fat), 1% or skimmed (less than 0.1% fat).
Fruit juices and smoothies
The water conent of fruit juice and smoothies varies
depending on the fruits used. However they are
about 80--85% water on average.
Fruit juices provide vitamins and minerals. Smoothies
may contain puréed fruit, which adds fibre. About
150ml of either count towards one portion of 5 A
DAY.
Sugars and acidity in these drinks can be
harmful to teeth.
Soft drinks
Provide water and sugar, which consumed in
between meals, can be harmful to teeth and
cause obesity.
Diet drinks or sugar free versions may be a better
choice but the acidity can still cause tooth
decay.
Some people may wish to avoid artificial
sweeteners.
Alcohol
Weak alcoholic drinks (e.g. a shandy) contribute to
fluid intake.
Stronger alcoholic drinks cause dehydration.
Alcohol recommendations:
Men - no more than 3-4 units per day.
Women - no more than 2-3 units per day.
Over consumption of alcohol, or binge drinking,
should be avoided.
The effect of alcohol on
water balance
Drink
Serving
Loss of water
in urine (ml)
Net gain of
water (ml)
Beer, larger
and cider
568ml (1 pint)
170
398
Alcopops
330ml (1 bottle)
165
165
Spirits
25ml (small)
100
-75
50ml (double)
140
-105
175ml
(standard)
210
-35
Wine and
champagne
Contribution from food
Water is also provided from food (about 20%).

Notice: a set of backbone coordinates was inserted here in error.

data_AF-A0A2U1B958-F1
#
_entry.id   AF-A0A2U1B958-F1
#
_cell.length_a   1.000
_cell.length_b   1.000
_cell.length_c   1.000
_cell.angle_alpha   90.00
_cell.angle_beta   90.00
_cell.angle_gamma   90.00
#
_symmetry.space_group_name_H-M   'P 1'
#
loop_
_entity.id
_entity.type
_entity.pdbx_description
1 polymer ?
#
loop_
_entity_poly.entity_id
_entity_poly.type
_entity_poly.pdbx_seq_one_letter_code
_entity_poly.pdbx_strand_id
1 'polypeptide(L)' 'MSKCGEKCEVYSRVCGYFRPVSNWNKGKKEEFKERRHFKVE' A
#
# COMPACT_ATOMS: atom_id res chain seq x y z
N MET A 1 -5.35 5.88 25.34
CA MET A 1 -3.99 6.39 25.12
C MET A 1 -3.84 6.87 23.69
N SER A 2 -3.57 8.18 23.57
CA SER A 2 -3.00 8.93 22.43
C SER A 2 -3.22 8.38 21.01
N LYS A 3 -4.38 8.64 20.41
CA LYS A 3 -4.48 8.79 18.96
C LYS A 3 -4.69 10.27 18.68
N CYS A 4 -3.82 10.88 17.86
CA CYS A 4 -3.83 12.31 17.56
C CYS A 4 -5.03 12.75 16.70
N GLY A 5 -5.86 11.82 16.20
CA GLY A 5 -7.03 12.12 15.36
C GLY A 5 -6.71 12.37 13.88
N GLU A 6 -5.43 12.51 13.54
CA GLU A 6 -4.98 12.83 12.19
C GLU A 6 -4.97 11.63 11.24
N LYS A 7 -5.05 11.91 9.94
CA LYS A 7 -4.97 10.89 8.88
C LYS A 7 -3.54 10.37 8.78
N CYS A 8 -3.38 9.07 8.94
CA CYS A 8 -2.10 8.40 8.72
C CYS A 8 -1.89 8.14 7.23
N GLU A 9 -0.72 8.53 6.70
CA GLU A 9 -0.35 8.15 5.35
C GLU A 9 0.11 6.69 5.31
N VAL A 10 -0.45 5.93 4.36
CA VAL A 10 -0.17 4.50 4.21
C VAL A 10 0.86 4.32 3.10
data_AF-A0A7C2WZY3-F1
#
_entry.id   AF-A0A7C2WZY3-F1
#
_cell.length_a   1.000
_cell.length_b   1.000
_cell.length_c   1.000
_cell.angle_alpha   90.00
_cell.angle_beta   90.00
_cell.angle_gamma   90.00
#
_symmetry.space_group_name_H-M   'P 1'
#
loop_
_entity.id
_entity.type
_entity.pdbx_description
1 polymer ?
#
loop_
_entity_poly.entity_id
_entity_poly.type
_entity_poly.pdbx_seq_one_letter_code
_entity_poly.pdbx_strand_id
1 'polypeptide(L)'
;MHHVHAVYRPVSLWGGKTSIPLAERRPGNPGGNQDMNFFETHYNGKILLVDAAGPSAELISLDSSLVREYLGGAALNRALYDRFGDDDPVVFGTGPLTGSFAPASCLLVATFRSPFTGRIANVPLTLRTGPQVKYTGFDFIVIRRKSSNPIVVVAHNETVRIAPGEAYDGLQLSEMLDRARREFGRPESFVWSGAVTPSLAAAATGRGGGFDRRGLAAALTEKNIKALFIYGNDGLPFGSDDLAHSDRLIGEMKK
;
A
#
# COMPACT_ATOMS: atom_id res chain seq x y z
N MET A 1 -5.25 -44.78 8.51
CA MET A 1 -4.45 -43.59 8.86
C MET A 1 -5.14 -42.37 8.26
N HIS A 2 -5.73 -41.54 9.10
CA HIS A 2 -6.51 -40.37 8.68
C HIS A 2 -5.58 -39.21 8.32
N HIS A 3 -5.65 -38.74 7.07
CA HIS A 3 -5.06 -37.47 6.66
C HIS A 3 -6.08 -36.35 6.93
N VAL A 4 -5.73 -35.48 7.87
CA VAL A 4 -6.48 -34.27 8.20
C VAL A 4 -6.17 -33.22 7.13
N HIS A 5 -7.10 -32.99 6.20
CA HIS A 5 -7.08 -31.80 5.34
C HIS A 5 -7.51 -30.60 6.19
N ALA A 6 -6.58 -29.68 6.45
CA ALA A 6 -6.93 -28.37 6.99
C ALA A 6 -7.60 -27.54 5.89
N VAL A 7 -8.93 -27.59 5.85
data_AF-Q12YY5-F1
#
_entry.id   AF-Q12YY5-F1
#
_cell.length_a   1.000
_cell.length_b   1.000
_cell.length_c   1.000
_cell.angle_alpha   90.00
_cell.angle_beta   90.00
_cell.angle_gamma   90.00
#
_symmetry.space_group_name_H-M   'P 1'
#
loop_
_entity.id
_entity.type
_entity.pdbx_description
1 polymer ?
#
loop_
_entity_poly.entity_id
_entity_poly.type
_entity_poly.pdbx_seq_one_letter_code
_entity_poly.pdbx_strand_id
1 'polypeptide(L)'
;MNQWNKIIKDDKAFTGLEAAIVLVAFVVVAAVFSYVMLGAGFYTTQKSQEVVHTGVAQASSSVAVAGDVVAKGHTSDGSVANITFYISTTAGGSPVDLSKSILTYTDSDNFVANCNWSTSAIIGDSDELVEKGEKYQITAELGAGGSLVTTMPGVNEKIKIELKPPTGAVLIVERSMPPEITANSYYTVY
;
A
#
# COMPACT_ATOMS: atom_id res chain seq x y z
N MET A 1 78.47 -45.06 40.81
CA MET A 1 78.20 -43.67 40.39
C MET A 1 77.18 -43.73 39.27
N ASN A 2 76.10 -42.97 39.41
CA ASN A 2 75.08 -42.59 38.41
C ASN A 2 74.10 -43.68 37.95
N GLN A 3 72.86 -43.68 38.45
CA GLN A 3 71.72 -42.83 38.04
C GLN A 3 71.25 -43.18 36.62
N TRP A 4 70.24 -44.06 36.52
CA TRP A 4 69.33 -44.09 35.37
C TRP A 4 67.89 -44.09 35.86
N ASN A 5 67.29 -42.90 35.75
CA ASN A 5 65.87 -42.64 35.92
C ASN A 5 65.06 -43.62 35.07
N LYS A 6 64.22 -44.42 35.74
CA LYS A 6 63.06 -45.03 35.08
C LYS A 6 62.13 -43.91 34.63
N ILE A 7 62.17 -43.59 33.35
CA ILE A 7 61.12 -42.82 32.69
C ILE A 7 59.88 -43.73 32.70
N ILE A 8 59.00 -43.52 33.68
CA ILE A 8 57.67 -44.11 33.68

The amount of water in food varies from less than
10% in savoury snacks, less than 40% in cereal
products to 80% or more in some fruit and
vegetables.
Foods, such as soups, stews, yogurts have a high
water content.
Some people need to
drink more
•Children
•Lactating women
•Older adults
Physical activity
Even slight dehydration has been shown to affect
sporting performance, so drink before, during and
after you train or play a match.
Being dehydrated may mean that:
 running pace is slower;
 unable to cover as much distance;
 reaction time is slower;
 experience lack of power.
Keeping hydrated during exercise
To keep hydrated:
 drink lots before exercise;
 don’t wait until you feel thirsty;
 drink small, regular sips of water during exercise;
 drink plenty when you have finished.
The fluid needed for activity is in addition to the 6
to 8 glasses or 1.2 litres needed every day.
It is also important to drink more when the
weather is hot.
Sports drinks
Sports drinks are designed to provide water and
carbohydrate.
Some types are very quickly absorbed.
They can help you recover quickly after a hard
match or training session.
Sports drinks
It is easy to make your own sports drinks at home
and cheaper too!
Per 100ml water:
5-8g glucose powder.
0.5g salt.
Any sugar free flavouring.
Drinking schedule
A large glass one hour before you start.
A smaller glass 15 minutes before start.
Small sips during the event.
A glass at half time.
A large glass immediately afterwards.
How to write a conclusion
• You should bring together all of your
evidence, evaluate it and draw a
conclusion. It must also consider the
alternative point of view and acknowledge
this.